During my infantile stage with no cognate sense of rationality, curiosity enveloped me and I decided to join the Christian students’ assemblage one morning during the General School Assembly in my primary school, Tudun Wada, Zaria. Pronto, I was chased away that I wasn’t a Christian. I would cry until my elder sister would drag me to where the Muslim students were. At that age, I had been indoctrinated already to the dangerous world of ‘we versus them’.
This morning offers me the opportunity to reflect on that infantile naiveté. And I ask, why should religion separate people created with same dusty formation? Why should people impose their ideology on others when there’s no compulsion in religion?
Today, we don’t just have religious supremacy but plenty of sects and denominations. Being just a Christian or Muslim isn’t enough in Nigeria; you must be defined by a sect or denomination. The struggle is for over bloated membership drive and the motive is for the returns in fame, money and power. Preaching of salvation, love and hard work have been overshadowed by the sweet sermons of prosperity and ephemeral esoteric. Hate talks exude from worship centers more than war fields.
The language of love has been replaced with that of hate, bigotry and slander. Mobilisation for political parties begins from worship centers and I ask who is desecrating the sanctuaries?
Again, we have been greeted with another cycle of violence, this time around in Kaduna State. From conservative figures, about hundred souls have been gunned, macheted and hacked to death. How could a crisis that lasted barely two hours claim so many deaths? Can it be concluded that some people somewhere are always battle ready to unleash terror on others? The stupidity of my people is this; you kill yourselves and turn around to say they are killing Christians and Muslims- who will die if not Christians and Muslims that you are killing? Unless we stop this madness, we shall continue to be killing ourselves and coming to rants on our senseless decisions.
This clime is disgusting and repulsive; people derive nothing but unmitigated joy in hacking each other to death. No day passes without the smell of killings, men, hacking themselves as if there is reward for self-extermination. How do we have peace when every day the microphones spew hate, bigotry and distrust? Where can peace dwell when the heart of men is desperately wicked? Everyone moves around with hate-filled mindsets, begrudging each other like prey and predators.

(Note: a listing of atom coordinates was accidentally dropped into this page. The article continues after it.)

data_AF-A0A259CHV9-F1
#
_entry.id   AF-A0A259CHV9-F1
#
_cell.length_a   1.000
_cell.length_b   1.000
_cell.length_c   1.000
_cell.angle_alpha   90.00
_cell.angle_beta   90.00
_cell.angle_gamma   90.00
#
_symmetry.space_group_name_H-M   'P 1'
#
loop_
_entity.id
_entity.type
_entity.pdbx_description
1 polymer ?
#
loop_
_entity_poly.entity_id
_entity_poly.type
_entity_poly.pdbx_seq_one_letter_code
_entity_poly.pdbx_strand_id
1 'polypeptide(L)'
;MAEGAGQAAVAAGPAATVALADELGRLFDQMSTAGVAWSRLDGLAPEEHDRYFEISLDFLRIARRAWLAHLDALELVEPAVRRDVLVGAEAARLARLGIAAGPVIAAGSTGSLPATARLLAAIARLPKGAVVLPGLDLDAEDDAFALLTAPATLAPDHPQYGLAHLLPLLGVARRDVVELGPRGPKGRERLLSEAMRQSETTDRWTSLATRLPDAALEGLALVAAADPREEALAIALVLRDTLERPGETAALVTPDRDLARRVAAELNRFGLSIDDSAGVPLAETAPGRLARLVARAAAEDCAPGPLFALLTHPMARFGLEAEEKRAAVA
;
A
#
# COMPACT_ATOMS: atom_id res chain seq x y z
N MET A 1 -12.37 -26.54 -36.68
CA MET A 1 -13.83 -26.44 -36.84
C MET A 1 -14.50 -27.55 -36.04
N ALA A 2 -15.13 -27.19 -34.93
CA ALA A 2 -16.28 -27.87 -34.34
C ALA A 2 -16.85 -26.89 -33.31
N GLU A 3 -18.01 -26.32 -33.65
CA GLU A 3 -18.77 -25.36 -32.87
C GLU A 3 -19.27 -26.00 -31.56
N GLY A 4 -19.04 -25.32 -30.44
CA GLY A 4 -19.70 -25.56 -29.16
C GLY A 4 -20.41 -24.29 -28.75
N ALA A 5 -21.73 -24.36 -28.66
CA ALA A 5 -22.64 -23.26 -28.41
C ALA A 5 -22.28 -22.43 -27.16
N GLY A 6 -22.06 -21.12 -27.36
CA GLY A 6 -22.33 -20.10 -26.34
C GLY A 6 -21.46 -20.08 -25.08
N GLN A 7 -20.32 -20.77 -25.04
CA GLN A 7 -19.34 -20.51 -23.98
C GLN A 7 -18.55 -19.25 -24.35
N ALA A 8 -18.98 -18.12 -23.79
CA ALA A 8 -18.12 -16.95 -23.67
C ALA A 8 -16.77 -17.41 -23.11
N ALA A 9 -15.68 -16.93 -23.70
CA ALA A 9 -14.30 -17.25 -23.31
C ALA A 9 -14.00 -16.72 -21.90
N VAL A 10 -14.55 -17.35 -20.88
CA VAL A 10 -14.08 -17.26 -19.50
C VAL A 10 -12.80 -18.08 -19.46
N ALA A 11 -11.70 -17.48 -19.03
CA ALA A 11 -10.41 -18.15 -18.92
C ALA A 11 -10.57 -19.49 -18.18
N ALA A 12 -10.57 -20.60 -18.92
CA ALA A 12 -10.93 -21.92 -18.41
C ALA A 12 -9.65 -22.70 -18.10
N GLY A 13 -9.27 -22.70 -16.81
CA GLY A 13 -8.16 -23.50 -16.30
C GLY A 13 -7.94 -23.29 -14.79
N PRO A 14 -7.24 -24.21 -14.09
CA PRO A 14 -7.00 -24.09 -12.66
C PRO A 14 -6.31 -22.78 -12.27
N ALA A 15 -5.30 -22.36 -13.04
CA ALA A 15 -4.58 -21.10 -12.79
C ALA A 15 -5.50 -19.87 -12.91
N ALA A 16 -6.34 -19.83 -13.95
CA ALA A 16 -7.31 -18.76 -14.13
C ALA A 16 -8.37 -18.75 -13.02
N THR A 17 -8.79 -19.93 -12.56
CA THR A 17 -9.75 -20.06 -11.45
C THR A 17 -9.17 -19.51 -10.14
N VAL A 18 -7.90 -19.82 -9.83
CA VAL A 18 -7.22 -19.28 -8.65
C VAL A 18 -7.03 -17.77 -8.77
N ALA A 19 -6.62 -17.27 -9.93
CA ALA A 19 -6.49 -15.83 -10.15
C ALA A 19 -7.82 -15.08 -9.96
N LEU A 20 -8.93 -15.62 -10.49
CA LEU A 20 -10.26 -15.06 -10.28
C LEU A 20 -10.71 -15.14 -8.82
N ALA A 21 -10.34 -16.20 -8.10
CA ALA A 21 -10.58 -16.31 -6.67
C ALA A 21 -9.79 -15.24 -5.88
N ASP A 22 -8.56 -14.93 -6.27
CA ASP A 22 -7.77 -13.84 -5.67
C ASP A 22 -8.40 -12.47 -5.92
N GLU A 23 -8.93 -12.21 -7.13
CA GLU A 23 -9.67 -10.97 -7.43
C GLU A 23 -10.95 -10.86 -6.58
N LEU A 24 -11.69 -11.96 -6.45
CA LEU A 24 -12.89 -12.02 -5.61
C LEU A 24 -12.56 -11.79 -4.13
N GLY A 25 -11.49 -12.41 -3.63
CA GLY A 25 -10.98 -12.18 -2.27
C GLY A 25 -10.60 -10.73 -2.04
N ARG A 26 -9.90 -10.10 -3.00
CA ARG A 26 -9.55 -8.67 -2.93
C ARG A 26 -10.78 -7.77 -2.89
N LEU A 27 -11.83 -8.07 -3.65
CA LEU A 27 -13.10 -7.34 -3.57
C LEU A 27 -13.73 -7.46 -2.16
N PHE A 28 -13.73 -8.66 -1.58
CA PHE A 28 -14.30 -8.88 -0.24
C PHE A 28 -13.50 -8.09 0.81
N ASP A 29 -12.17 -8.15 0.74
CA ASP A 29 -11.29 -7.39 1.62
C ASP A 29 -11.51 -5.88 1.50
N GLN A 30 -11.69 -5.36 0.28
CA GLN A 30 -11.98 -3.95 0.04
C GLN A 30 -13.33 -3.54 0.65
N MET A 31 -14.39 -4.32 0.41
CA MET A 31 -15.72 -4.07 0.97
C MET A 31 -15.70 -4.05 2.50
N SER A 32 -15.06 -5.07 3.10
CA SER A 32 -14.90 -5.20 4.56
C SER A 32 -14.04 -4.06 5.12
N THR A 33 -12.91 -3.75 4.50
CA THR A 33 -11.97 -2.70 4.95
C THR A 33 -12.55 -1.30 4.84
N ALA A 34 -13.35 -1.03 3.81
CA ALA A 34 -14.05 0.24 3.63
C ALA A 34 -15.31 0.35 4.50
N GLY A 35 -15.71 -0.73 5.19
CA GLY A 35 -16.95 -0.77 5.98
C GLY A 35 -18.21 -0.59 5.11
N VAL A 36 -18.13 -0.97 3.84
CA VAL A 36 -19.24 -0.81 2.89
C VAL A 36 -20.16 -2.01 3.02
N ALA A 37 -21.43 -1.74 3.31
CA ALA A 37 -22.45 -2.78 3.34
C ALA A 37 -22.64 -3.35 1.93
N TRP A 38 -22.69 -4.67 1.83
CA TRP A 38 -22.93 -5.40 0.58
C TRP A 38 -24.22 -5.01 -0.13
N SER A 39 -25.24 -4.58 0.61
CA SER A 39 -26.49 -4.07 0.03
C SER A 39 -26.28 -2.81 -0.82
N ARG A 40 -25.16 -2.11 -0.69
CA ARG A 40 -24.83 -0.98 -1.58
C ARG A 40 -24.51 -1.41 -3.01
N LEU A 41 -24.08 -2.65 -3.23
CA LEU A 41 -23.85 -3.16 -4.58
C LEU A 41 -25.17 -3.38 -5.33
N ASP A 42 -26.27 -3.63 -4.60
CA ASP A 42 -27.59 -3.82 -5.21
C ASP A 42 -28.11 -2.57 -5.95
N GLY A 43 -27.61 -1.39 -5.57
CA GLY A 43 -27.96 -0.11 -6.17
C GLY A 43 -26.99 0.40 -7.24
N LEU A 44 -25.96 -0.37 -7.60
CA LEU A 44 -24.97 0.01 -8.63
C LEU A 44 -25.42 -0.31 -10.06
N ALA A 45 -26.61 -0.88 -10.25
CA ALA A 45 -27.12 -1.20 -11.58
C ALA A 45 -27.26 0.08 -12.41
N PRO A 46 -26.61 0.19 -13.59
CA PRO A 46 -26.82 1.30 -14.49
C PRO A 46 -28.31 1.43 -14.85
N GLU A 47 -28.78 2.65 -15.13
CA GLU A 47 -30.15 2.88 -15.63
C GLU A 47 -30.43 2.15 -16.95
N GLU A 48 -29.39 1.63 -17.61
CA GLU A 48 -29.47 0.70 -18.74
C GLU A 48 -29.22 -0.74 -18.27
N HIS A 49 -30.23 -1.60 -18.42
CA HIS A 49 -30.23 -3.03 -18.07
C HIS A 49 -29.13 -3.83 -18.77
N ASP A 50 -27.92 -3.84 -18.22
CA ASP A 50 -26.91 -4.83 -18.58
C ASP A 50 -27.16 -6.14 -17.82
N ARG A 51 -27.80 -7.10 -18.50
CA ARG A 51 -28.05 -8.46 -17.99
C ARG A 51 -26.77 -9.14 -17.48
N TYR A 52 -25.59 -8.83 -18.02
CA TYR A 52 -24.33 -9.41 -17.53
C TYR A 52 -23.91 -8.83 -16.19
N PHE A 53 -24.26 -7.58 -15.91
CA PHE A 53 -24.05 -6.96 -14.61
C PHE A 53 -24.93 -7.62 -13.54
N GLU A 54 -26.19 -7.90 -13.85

Unfortunately, those who are meant to provide the needed template of peace are all stuck in the sacks of politics. Interceding only for politicians and not for the masses they shepherd. Religion has failed us as it has done more damage than good, especially in this clime. This is not healthy for our polity, that moment when religion takes determining hold of our political decisions; we are in for a dangerous outcome. When Bishop Mathew Kukah, Sheik Ahmad Gumi and Bishop David Oyedepo led that infamous entourage to Ota, I knew we are in big trouble. I knew it would become a trend, I knew the elections would be polarised yet again and we are bound to be more divisive.
Barely few days after Kukah’s political pilgrimage to Ota, the Dharika group stormed the villa to see president Muhammadu Buhari, and the trend became pronounced as religious bodies mop up their arsenals to begin the endorsement frenzy. As feared, we are at it now and it is going to be with us for a while. This is how we roll, and we are masterly crafted for it.
More groups will surface and the men in cassocks and turbans would take our political decisions. There is nothing wrong in religious leaders involving themselves in politics but when their involvement is done to promote one candidate against the other, and then a cord of mischief and unfair gulf has been created. And because we live in clime that is polarised on religious denominations, the backlash from these decisions are the army of uncontrolled worshipers whose judgments would be based on the leanings of their religious leaders.
Time for religious bodies to face their celestial callings and leave politics for politicians after all division of labour is a creed for human existence. The church and the mosque have no business in politics. There are so many souls to win for God, there is much to do in terms of moral rejuvenation, there is much love to inculcate, a lot more of preaching on tolerance, love and peaceful existence. Our revered religious leaders should be tied to these and leave the politicians to handle their turf. Meanwhile, in the cause of the madness in Kaduna, a hero emerged and his name is Josiah Gajere.
He saved the life of a Hausa shoe shiner who was at the verge of being lynched. Ordinarily, he would have walked away and left this helpless guy to be killed for an offence he knew nothing about. I will celebrate heroes like this instead of those who amplify crisis. However, it is a smelly shame to you all merchants of hate, harbingers of death and purveyors of doom.
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